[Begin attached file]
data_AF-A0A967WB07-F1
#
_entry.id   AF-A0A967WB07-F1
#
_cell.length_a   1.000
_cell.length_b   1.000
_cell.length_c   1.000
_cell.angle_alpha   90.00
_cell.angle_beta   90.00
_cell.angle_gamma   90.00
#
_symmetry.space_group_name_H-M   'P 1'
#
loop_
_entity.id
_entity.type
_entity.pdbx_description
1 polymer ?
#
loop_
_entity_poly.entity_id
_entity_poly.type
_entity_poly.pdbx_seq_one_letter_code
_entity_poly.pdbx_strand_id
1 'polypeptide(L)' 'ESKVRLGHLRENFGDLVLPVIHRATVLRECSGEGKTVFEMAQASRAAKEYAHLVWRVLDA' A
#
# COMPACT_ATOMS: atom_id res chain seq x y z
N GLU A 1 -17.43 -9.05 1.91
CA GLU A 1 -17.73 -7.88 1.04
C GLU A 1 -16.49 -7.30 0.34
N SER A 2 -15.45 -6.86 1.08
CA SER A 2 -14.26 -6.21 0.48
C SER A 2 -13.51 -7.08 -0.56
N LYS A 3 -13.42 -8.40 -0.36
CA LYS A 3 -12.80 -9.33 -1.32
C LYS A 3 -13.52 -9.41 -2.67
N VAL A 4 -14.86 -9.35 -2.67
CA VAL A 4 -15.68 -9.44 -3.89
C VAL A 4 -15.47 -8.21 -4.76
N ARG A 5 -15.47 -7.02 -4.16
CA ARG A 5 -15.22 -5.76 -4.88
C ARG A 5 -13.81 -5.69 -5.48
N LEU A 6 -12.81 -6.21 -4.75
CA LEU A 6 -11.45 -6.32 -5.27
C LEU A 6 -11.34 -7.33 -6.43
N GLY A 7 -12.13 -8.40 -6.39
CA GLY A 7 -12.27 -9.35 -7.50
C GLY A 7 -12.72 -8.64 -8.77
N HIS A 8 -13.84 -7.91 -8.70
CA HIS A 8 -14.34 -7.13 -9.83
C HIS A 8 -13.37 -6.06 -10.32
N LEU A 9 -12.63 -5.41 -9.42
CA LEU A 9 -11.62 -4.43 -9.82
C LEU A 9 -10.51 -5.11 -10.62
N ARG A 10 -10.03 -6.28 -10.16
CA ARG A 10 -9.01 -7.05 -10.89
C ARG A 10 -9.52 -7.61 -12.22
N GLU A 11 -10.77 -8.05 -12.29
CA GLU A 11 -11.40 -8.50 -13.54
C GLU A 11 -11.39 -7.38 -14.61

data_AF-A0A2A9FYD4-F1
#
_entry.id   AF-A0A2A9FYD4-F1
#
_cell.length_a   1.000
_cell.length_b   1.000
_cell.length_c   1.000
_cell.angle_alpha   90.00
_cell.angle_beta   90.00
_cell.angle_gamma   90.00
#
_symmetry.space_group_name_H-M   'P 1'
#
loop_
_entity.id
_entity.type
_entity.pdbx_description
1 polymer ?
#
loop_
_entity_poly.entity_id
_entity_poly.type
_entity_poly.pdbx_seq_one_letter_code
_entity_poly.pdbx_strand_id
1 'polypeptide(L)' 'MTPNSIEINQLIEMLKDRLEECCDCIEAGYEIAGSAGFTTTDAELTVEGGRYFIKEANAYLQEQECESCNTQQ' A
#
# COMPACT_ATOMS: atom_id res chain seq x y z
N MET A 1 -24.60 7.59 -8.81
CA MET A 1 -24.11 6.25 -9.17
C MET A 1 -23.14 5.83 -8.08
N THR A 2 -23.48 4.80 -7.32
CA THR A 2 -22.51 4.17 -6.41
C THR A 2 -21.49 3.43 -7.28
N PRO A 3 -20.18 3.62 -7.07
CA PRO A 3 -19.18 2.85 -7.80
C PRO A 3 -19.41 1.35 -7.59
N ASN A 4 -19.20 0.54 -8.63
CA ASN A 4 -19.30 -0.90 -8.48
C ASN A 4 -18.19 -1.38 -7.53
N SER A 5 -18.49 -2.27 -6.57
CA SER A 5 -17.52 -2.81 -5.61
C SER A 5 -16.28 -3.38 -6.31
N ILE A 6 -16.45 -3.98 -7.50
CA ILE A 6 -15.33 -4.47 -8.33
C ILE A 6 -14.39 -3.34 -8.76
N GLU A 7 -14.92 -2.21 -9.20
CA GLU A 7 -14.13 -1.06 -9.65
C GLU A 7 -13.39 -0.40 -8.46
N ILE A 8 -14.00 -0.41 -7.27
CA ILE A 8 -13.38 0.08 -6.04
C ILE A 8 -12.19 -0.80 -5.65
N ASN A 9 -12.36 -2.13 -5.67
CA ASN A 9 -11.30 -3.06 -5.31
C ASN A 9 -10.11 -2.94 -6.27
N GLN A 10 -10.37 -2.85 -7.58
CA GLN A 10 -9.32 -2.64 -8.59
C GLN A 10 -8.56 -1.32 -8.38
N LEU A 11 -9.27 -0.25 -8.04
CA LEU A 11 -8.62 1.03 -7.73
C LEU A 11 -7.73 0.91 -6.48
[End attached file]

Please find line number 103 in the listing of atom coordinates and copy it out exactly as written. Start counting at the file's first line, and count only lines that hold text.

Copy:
N ILE A 6 -16.45 -3.98 -7.50